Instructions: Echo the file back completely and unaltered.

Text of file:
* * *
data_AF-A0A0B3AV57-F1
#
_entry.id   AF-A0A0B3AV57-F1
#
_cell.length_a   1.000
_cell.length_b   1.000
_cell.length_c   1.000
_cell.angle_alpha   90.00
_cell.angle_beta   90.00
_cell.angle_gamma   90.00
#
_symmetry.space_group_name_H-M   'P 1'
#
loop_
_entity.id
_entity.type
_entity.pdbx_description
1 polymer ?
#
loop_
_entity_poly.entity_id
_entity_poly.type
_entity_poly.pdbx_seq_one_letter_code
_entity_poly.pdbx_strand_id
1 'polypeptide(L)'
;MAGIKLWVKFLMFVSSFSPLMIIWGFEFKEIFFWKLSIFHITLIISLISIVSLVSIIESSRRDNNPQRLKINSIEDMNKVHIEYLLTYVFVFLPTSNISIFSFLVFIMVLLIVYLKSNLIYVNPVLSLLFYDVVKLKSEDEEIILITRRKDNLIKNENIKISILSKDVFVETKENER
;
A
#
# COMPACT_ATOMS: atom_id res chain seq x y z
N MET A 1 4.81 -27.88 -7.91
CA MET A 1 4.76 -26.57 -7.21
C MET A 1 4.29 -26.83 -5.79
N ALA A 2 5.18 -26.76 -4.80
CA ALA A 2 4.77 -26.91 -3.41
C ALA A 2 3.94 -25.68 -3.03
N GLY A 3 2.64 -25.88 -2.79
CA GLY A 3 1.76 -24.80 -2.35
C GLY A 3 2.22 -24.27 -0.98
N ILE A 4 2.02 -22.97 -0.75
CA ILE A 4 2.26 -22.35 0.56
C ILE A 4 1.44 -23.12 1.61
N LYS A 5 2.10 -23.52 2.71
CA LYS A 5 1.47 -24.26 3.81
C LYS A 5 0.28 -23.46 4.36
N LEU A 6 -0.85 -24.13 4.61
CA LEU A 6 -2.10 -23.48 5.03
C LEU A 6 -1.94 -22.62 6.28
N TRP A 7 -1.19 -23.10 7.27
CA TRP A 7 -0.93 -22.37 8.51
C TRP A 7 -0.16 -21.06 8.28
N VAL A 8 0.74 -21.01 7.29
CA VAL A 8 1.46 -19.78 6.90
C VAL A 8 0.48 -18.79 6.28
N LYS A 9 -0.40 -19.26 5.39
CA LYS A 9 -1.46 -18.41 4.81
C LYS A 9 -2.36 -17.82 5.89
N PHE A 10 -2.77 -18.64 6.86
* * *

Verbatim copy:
data_AF-A0A0B3AV57-F1
#
_entry.id   AF-A0A0B3AV57-F1
#
_cell.length_a   1.000
_cell.length_b   1.000
_cell.length_c   1.000
_cell.angle_alpha   90.00
_cell.angle_beta   90.00
_cell.angle_gamma   90.00
#
_symmetry.space_group_name_H-M   'P 1'
#
loop_
_entity.id
_entity.type
_entity.pdbx_description
1 polymer ?
#
loop_
_entity_poly.entity_id
_entity_poly.type
_entity_poly.pdbx_seq_one_letter_code
_entity_poly.pdbx_strand_id
1 'polypeptide(L)'
;MAGIKLWVKFLMFVSSFSPLMIIWGFEFKEIFFWKLSIFHITLIISLISIVSLVSIIESSRRDNNPQRLKINSIEDMNKVHIEYLLTYVFVFLPTSNISIFSFLVFIMVLLIVYLKSNLIYVNPVLSLLFYDVVKLKSEDEEIILITRRKDNLIKNENIKISILSKDVFVETKENER
;
A
#
# COMPACT_ATOMS: atom_id res chain seq x y z
N MET A 1 4.81 -27.88 -7.91
CA MET A 1 4.76 -26.57 -7.21
C MET A 1 4.29 -26.83 -5.79
N ALA A 2 5.18 -26.76 -4.80
CA ALA A 2 4.77 -26.91 -3.41
C ALA A 2 3.94 -25.68 -3.03
N GLY A 3 2.64 -25.88 -2.79
CA GLY A 3 1.76 -24.80 -2.35
C GLY A 3 2.22 -24.27 -0.98
N ILE A 4 2.02 -22.97 -0.75
CA ILE A 4 2.26 -22.35 0.56
C ILE A 4 1.44 -23.12 1.61
N LYS A 5 2.10 -23.52 2.71
CA LYS A 5 1.47 -24.26 3.81
C LYS A 5 0.28 -23.46 4.36
N LEU A 6 -0.85 -24.13 4.61
CA LEU A 6 -2.10 -23.48 5.03
C LEU A 6 -1.94 -22.62 6.28
N TRP A 7 -1.19 -23.10 7.27
CA TRP A 7 -0.93 -22.37 8.51
C TRP A 7 -0.16 -21.06 8.28
N VAL A 8 0.74 -21.01 7.29
CA VAL A 8 1.46 -19.78 6.90
C VAL A 8 0.48 -18.79 6.28
N LYS A 9 -0.40 -19.26 5.39
CA LYS A 9 -1.46 -18.41 4.81
C LYS A 9 -2.36 -17.82 5.89
N PHE A 10 -2.77 -18.64 6.86